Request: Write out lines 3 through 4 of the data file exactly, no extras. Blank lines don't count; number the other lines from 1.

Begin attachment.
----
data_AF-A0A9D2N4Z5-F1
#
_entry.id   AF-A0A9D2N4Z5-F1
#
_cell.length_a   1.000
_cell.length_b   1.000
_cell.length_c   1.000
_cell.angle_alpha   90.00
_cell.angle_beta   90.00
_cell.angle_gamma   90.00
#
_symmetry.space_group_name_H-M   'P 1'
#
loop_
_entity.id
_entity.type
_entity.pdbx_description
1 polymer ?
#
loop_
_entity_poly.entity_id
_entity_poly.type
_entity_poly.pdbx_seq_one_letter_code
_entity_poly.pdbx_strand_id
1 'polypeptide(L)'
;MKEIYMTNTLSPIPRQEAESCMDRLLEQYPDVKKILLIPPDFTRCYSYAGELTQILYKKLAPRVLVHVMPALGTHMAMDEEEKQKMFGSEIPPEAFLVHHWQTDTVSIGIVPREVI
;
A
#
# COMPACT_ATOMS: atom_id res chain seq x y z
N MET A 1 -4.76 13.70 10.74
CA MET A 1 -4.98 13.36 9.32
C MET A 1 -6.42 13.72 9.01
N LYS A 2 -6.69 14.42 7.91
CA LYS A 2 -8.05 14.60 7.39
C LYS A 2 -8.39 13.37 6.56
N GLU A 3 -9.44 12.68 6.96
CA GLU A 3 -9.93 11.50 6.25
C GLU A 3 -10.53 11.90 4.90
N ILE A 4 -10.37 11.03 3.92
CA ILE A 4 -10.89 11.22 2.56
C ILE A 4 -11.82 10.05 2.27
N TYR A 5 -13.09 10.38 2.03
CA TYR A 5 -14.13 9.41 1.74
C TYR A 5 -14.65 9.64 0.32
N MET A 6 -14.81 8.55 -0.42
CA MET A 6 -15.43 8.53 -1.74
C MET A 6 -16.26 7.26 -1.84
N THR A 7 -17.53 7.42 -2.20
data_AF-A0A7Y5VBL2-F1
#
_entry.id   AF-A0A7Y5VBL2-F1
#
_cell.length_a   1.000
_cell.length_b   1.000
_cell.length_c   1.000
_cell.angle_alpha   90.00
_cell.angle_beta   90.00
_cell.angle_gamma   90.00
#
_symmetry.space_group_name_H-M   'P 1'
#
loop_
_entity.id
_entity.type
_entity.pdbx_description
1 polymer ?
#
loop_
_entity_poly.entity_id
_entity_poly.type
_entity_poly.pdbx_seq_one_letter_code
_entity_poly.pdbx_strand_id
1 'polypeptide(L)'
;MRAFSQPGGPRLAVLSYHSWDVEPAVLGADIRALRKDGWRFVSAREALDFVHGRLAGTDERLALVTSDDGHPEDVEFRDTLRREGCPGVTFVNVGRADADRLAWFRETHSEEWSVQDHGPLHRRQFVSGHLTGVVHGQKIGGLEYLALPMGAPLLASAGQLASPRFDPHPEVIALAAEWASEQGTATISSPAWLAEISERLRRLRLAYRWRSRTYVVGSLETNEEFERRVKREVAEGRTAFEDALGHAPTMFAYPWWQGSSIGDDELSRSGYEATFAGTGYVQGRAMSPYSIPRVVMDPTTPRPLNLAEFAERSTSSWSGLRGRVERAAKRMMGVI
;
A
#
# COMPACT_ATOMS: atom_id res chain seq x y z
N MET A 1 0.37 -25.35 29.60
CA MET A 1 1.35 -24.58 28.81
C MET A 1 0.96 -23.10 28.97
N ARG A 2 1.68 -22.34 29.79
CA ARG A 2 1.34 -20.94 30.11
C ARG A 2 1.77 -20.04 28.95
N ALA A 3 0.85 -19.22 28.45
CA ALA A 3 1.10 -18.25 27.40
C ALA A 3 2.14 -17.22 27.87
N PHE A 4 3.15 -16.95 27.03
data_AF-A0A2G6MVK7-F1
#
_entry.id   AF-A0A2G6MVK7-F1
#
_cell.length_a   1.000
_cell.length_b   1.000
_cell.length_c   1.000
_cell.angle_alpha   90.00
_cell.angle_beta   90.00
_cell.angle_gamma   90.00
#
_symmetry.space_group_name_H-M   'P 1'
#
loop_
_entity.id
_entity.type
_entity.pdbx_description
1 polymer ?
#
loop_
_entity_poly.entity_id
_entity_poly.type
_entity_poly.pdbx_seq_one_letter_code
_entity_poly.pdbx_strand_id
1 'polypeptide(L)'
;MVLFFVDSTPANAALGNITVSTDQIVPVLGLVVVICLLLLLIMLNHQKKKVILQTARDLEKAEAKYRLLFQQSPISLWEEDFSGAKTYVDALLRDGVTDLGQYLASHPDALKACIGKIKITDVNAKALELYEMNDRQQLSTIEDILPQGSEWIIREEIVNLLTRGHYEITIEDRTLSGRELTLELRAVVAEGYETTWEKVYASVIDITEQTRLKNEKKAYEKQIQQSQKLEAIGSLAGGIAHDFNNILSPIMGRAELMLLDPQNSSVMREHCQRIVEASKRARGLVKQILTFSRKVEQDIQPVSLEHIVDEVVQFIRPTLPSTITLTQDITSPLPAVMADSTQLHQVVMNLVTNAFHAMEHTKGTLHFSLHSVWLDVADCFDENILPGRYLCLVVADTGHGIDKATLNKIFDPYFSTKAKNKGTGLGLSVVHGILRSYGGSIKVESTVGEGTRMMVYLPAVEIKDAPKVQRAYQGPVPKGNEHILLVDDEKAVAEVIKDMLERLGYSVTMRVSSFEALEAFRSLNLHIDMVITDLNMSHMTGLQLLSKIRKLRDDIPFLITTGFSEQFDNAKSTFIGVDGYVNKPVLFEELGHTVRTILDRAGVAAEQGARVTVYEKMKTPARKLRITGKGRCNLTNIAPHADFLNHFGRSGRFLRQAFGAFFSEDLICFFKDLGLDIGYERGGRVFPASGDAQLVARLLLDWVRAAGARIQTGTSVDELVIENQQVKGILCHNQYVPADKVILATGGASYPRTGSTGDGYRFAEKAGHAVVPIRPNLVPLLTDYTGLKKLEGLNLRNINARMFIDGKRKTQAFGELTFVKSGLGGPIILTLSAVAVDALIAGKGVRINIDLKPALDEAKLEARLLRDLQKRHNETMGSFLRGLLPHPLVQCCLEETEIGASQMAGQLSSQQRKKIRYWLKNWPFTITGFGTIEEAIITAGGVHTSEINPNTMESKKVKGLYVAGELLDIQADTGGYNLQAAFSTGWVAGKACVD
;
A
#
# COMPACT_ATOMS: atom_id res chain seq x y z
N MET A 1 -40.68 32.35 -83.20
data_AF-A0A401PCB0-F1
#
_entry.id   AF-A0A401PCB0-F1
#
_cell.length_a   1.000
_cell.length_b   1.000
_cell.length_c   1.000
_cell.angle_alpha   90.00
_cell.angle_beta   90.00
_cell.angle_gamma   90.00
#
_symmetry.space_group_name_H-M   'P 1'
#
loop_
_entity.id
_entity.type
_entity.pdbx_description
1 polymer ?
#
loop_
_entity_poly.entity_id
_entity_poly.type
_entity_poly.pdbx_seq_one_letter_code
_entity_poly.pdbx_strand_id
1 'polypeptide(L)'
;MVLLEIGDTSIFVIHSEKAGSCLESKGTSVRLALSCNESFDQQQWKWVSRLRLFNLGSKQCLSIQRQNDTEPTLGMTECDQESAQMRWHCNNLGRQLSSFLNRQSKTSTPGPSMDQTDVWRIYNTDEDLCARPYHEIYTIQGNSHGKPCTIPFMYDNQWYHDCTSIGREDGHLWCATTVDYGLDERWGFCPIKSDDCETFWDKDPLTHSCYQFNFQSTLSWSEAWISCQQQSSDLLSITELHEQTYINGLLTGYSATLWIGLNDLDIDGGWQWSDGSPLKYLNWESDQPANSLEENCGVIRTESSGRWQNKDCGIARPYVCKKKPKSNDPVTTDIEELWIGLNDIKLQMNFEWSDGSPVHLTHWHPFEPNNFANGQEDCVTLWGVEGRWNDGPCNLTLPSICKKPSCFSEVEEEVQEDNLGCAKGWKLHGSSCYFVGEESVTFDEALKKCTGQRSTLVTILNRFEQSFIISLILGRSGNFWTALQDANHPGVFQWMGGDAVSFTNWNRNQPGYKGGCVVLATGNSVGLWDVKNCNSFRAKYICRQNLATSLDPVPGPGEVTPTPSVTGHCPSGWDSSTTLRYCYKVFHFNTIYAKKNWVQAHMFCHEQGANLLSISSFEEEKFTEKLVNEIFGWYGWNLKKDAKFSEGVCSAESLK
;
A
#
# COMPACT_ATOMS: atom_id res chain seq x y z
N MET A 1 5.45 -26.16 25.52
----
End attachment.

_entry.id   AF-A0A9D2N4Z5-F1
#